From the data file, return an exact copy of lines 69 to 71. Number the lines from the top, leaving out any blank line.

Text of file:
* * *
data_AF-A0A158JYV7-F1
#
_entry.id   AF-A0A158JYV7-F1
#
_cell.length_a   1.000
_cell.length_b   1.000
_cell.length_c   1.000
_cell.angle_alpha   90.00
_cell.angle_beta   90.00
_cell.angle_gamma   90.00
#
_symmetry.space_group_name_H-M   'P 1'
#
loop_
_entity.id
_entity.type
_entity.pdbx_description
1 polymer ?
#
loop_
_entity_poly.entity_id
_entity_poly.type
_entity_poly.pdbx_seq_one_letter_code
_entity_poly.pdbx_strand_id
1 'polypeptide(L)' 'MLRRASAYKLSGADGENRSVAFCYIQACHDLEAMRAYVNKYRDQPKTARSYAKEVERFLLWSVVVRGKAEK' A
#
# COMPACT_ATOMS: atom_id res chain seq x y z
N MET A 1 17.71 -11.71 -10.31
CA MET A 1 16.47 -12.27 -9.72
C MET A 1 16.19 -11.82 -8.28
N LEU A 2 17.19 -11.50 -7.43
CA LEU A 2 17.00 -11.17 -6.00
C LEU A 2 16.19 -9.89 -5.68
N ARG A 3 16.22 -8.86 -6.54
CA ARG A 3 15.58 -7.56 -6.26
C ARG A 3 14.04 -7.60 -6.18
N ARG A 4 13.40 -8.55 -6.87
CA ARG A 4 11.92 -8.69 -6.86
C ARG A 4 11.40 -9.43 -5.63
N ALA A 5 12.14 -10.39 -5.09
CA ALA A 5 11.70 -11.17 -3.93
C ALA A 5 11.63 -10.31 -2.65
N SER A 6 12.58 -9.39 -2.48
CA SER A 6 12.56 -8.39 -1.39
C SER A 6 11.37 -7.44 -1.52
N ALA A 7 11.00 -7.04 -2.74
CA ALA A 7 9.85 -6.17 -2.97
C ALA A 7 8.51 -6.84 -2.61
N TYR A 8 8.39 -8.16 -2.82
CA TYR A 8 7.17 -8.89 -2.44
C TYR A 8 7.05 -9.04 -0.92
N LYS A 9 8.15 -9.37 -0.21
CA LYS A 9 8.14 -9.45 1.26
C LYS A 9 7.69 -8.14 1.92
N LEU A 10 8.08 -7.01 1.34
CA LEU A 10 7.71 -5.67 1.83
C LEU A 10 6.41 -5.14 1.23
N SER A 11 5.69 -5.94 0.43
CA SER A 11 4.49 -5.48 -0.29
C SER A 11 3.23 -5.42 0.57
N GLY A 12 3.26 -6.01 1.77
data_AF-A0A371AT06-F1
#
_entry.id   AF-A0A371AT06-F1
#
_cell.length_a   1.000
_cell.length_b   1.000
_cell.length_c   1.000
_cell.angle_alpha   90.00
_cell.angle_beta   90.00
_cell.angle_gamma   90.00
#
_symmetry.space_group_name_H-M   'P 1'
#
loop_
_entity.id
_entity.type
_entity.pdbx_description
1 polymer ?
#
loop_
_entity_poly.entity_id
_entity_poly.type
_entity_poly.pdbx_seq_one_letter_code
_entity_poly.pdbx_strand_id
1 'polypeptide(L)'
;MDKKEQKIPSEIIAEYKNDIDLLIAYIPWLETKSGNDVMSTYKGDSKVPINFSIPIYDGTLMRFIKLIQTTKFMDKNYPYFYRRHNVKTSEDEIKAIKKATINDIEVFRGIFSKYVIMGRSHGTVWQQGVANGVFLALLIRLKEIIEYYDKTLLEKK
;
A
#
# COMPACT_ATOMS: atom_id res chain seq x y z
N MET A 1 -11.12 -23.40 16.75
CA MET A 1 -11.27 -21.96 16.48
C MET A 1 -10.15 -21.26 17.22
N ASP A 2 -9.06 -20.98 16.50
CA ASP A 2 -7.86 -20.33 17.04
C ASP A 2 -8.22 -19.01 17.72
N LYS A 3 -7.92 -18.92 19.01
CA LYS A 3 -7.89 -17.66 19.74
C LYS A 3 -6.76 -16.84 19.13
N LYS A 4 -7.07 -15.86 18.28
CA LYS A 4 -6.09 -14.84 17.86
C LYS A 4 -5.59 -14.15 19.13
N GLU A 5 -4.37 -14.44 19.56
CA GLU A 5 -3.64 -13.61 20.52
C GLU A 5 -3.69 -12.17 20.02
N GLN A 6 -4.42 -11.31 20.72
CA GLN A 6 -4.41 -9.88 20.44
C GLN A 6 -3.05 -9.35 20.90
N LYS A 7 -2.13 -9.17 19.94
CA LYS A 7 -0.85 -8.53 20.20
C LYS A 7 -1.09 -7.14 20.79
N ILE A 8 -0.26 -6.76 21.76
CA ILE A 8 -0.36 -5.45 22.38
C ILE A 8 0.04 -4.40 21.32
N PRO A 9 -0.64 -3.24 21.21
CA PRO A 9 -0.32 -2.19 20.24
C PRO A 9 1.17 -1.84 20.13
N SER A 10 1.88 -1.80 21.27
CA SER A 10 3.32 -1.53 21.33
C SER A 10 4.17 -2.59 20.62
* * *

_cell.angle_alpha   90.00
_cell.angle_beta   90.00
_cell.angle_gamma   90.00